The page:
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Papua New Guinea on ‘slippery path’ to undermining rule of law, warns UN official

High Commissioner for Human Rights Navi Pillay.
UN Photo/Jean-Marc Ferré
High Commissioner for Human Rights Navi Pillay.

Papua New Guinea on ‘slippery path’ to undermining rule of law, warns UN official

Human Rights

A top United Nations official today voiced concern about recent steps taken by the Government in Papua New Guinea that undermine the rule of law, breach international human rights standards, impinge on the independence of the judiciary, and could lead to serious instability.

“Papua New Guinea is on a slippery path to upending the constitutional order and undermining the rule of law,” the High Commissioner for Human Rights, Navi Pillay, warned.

“All national actors and their international partners must work together to prevent the country from sliding into serious instability by ensuring that the rule of law, the Constitution and international human rights standards are upheld in resolving the issues facing the country,” she added.

Since the August 2011 change of Government in Papua New Guinea, and the subsequent dispute over who is the legitimate Prime Minister, the Executive and Parliament have taken steps which seriously affect the ability of the judiciary to operate independently, according to a news release issued by the High Commissioner’s office (OHCHR).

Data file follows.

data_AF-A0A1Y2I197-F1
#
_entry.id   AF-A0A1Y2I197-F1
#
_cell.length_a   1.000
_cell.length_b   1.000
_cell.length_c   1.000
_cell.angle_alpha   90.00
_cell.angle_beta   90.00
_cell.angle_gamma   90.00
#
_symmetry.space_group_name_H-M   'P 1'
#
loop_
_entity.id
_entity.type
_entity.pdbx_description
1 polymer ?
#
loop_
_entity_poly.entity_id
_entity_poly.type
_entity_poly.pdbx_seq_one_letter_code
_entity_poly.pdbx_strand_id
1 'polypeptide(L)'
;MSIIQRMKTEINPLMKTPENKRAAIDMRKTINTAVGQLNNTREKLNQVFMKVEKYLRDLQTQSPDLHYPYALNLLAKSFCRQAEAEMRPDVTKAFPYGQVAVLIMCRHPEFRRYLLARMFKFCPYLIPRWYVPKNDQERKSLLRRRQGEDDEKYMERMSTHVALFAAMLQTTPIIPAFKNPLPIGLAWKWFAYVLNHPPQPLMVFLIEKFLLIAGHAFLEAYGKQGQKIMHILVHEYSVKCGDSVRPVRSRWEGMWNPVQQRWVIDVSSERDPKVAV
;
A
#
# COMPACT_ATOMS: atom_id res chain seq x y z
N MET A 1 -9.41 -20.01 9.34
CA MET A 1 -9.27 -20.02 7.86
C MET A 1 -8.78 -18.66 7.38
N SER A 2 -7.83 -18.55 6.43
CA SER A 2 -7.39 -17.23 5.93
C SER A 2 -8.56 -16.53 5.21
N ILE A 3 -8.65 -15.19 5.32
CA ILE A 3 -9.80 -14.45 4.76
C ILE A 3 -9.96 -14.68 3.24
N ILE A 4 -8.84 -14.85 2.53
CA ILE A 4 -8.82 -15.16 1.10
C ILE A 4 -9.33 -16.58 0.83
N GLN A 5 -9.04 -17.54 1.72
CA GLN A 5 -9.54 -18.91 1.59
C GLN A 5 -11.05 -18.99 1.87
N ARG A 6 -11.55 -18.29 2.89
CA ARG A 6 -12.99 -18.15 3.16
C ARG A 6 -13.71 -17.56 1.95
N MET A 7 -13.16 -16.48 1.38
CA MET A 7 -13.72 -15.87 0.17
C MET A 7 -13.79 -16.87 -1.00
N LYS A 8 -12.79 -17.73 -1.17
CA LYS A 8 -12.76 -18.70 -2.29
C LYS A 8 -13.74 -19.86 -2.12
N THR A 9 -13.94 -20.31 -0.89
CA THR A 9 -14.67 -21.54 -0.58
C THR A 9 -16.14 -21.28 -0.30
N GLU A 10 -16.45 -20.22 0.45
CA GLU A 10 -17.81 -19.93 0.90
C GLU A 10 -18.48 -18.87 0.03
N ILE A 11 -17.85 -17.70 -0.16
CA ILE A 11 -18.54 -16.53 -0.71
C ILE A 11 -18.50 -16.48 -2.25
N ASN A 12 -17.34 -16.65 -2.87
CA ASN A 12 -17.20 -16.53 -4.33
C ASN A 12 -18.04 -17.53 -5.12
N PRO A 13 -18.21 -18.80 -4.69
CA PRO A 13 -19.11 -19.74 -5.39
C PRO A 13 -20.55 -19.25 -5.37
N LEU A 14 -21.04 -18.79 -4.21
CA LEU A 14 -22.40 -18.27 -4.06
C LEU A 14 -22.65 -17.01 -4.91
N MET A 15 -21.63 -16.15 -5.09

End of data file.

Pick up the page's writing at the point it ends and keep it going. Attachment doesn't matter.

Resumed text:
The enactment of a new Judicial Conduct Act last month is of particular concern, Ms. Pillay said, as it establishes a new parallel system to deal with misconduct of judges, contrary to constitutional provisions on the issue.

“It appears that the Judicial Conduct Act is being used to interfere in particular with the legal proceedings to determine the legality of the current administration,” she stated, citing a Supreme Court decision on 12 December 2011 in which it ruled that the Government of Prime Minister Peter O’Neil was unconstitutional.

“The judiciary must be allowed to operate free from external pressures, threats or executive or legislative interference – international law is clear on this matter,” Ms. Pillay noted.

She also called on the Government to ensure that constitutional provisions on the timing of the national elections are upheld, after the Government indicated that it may now seek to delay the polls beyond the five-year term fixed by the Constitution.

Also of concern are reports that several journalists have been attacked, allegedly for their role in reporting on the current political situation in the country.

“It is the Government’s responsibility and obligation under international human rights law to ensure that freedom of expression is respected, and that when journalists are attacked for doing their jobs, prompt investigations are conducted and perpetrators are duly prosecuted,” Ms. Pillay said.